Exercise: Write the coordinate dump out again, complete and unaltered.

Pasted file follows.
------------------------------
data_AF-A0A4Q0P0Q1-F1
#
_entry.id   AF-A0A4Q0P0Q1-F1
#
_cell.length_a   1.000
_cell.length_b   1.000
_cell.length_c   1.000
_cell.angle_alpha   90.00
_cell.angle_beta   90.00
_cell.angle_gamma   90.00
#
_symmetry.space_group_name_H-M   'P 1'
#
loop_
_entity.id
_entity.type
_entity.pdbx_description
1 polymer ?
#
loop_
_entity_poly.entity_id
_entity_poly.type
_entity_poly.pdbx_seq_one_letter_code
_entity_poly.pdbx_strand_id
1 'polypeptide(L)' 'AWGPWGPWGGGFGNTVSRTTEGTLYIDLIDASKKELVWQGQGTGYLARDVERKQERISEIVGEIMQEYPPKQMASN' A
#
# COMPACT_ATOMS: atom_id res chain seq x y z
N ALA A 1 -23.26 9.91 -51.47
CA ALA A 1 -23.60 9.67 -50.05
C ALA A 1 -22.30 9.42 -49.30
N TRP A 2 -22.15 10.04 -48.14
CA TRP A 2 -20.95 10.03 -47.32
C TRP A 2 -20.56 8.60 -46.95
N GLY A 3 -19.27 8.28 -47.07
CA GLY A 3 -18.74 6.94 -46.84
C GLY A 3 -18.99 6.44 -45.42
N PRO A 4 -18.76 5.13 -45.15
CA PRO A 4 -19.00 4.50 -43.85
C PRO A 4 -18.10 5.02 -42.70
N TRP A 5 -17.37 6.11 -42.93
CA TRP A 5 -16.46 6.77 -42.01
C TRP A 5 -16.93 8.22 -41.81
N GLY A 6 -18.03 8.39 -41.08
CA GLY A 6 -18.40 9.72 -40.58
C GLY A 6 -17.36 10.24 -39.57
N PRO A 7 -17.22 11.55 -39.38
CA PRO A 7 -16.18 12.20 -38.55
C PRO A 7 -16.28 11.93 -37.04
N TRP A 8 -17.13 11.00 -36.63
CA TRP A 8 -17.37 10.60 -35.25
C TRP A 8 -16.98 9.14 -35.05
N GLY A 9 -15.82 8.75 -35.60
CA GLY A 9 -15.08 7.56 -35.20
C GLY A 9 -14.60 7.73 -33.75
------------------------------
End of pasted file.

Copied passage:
data_AF-A0A4Q0P0Q1-F1
#
_entry.id   AF-A0A4Q0P0Q1-F1
#
_cell.length_a   1.000
_cell.length_b   1.000
_cell.length_c   1.000
_cell.angle_alpha   90.00
_cell.angle_beta   90.00
_cell.angle_gamma   90.00
#
_symmetry.space_group_name_H-M   'P 1'
#
loop_
_entity.id
_entity.type
_entity.pdbx_description
1 polymer ?
#
loop_
_entity_poly.entity_id
_entity_poly.type
_entity_poly.pdbx_seq_one_letter_code
_entity_poly.pdbx_strand_id
1 'polypeptide(L)' 'AWGPWGPWGGGFGNTVSRTTEGTLYIDLIDASKKELVWQGQGTGYLARDVERKQERISEIVGEIMQEYPPKQMASN' A
#
# COMPACT_ATOMS: atom_id res chain seq x y z
N ALA A 1 -23.26 9.91 -51.47
CA ALA A 1 -23.60 9.67 -50.05
C ALA A 1 -22.30 9.42 -49.30
N TRP A 2 -22.15 10.04 -48.14
CA TRP A 2 -20.95 10.03 -47.32
C TRP A 2 -20.56 8.60 -46.95
N GLY A 3 -19.27 8.28 -47.07
CA GLY A 3 -18.74 6.94 -46.84
C GLY A 3 -18.99 6.44 -45.42
N PRO A 4 -18.76 5.13 -45.15
CA PRO A 4 -19.00 4.50 -43.85
C PRO A 4 -18.10 5.02 -42.70
N TRP A 5 -17.37 6.11 -42.93
CA TRP A 5 -16.46 6.77 -42.01
C TRP A 5 -16.93 8.22 -41.81
N GLY A 6 -18.03 8.39 -41.08
CA GLY A 6 -18.40 9.72 -40.58
C GLY A 6 -17.36 10.24 -39.57
N PRO A 7 -17.22 11.55 -39.38
CA PRO A 7 -16.18 12.20 -38.55
C PRO A 7 -16.28 11.93 -37.04
N TRP A 8 -17.13 11.00 -36.63
CA TRP A 8 -17.37 10.60 -35.25
C TRP A 8 -16.98 9.14 -35.05
N GLY A 9 -15.82 8.75 -35.60
CA GLY A 9 -15.08 7.56 -35.20
C GLY A 9 -14.60 7.73 -33.75